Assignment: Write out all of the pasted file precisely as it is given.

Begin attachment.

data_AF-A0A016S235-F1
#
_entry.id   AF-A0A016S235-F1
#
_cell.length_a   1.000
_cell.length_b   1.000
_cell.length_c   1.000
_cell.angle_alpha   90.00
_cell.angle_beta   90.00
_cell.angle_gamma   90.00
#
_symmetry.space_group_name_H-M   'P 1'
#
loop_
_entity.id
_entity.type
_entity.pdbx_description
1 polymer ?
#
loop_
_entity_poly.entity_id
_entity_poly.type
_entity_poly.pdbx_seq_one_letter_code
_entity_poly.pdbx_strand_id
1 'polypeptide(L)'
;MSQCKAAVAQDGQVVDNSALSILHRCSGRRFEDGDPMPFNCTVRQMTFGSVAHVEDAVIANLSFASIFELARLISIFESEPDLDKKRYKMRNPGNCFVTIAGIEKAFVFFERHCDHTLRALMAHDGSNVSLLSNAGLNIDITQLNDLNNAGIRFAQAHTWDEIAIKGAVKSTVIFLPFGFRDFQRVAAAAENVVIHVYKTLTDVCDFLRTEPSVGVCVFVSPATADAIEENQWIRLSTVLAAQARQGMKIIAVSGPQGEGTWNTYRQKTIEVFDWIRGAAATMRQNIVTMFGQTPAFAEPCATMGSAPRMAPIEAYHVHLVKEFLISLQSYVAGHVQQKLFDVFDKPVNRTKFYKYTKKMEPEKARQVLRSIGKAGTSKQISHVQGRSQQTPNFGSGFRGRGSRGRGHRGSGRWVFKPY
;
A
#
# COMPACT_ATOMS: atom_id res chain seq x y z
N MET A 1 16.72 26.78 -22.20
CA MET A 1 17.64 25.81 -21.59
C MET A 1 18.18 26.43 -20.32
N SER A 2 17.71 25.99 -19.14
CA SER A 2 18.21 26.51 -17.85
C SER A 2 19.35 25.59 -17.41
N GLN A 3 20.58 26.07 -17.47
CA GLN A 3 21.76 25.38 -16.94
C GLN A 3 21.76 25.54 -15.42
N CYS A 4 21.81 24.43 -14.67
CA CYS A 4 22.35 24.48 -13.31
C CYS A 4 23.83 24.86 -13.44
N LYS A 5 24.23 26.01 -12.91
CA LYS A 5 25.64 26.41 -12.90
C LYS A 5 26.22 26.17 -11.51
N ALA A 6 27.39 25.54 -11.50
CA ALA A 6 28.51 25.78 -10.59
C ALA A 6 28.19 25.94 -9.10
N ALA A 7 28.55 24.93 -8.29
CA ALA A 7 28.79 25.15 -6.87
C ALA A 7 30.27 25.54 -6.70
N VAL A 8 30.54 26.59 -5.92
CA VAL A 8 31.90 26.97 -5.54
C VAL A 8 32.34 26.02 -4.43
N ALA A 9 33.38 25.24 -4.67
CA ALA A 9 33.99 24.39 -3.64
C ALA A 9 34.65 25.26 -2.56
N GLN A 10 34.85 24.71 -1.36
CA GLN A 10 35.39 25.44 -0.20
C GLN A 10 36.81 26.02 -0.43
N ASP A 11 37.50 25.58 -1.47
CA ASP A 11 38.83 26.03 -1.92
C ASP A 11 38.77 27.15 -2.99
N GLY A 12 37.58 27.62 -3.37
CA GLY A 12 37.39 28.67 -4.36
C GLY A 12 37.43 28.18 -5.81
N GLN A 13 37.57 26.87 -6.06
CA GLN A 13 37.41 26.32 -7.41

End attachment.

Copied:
data_AF-A0A016S235-F1
#
_entry.id   AF-A0A016S235-F1
#
_cell.length_a   1.000
_cell.length_b   1.000
_cell.length_c   1.000
_cell.angle_alpha   90.00
_cell.angle_beta   90.00
_cell.angle_gamma   90.00
#
_symmetry.space_group_name_H-M   'P 1'
#
loop_
_entity.id
_entity.type
_entity.pdbx_description
1 polymer ?
#
loop_
_entity_poly.entity_id
_entity_poly.type
_entity_poly.pdbx_seq_one_letter_code
_entity_poly.pdbx_strand_id
1 'polypeptide(L)'
;MSQCKAAVAQDGQVVDNSALSILHRCSGRRFEDGDPMPFNCTVRQMTFGSVAHVEDAVIANLSFASIFELARLISIFESEPDLDKKRYKMRNPGNCFVTIAGIEKAFVFFERHCDHTLRALMAHDGSNVSLLSNAGLNIDITQLNDLNNAGIRFAQAHTWDEIAIKGAVKSTVIFLPFGFRDFQRVAAAAENVVIHVYKTLTDVCDFLRTEPSVGVCVFVSPATADAIEENQWIRLSTVLAAQARQGMKIIAVSGPQGEGTWNTYRQKTIEVFDWIRGAAATMRQNIVTMFGQTPAFAEPCATMGSAPRMAPIEAYHVHLVKEFLISLQSYVAGHVQQKLFDVFDKPVNRTKFYKYTKKMEPEKARQVLRSIGKAGTSKQISHVQGRSQQTPNFGSGFRGRGSRGRGHRGSGRWVFKPY
;
A
#
# COMPACT_ATOMS: atom_id res chain seq x y z
N MET A 1 16.72 26.78 -22.20
CA MET A 1 17.64 25.81 -21.59
C MET A 1 18.18 26.43 -20.32
N SER A 2 17.71 25.99 -19.14
CA SER A 2 18.21 26.51 -17.85
C SER A 2 19.35 25.59 -17.41
N GLN A 3 20.58 26.07 -17.47
CA GLN A 3 21.76 25.38 -16.94
C GLN A 3 21.76 25.54 -15.42
N CYS A 4 21.81 24.43 -14.67
CA CYS A 4 22.35 24.48 -13.31
C CYS A 4 23.83 24.86 -13.44
N LYS A 5 24.23 26.01 -12.91
CA LYS A 5 25.64 26.41 -12.90
C LYS A 5 26.22 26.17 -11.51
N ALA A 6 27.39 25.54 -11.50
CA ALA A 6 28.51 25.78 -10.59
C ALA A 6 28.19 25.94 -9.10
N ALA A 7 28.55 24.93 -8.29
CA ALA A 7 28.79 25.15 -6.87
C ALA A 7 30.27 25.54 -6.70
N VAL A 8 30.54 26.59 -5.92
CA VAL A 8 31.90 26.97 -5.54
C VAL A 8 32.34 26.02 -4.43
N ALA A 9 33.38 25.24 -4.67
CA ALA A 9 33.99 24.39 -3.64
C ALA A 9 34.65 25.26 -2.56
N GLN A 10 34.85 24.71 -1.36
CA GLN A 10 35.39 25.44 -0.20
C GLN A 10 36.81 26.02 -0.43
N ASP A 11 37.50 25.58 -1.47
CA ASP A 11 38.83 26.03 -1.92
C ASP A 11 38.77 27.15 -2.99
N GLY A 12 37.58 27.62 -3.37
CA GLY A 12 37.39 28.67 -4.36
C GLY A 12 37.43 28.18 -5.81
N GLN A 13 37.57 26.87 -6.06
CA GLN A 13 37.41 26.32 -7.41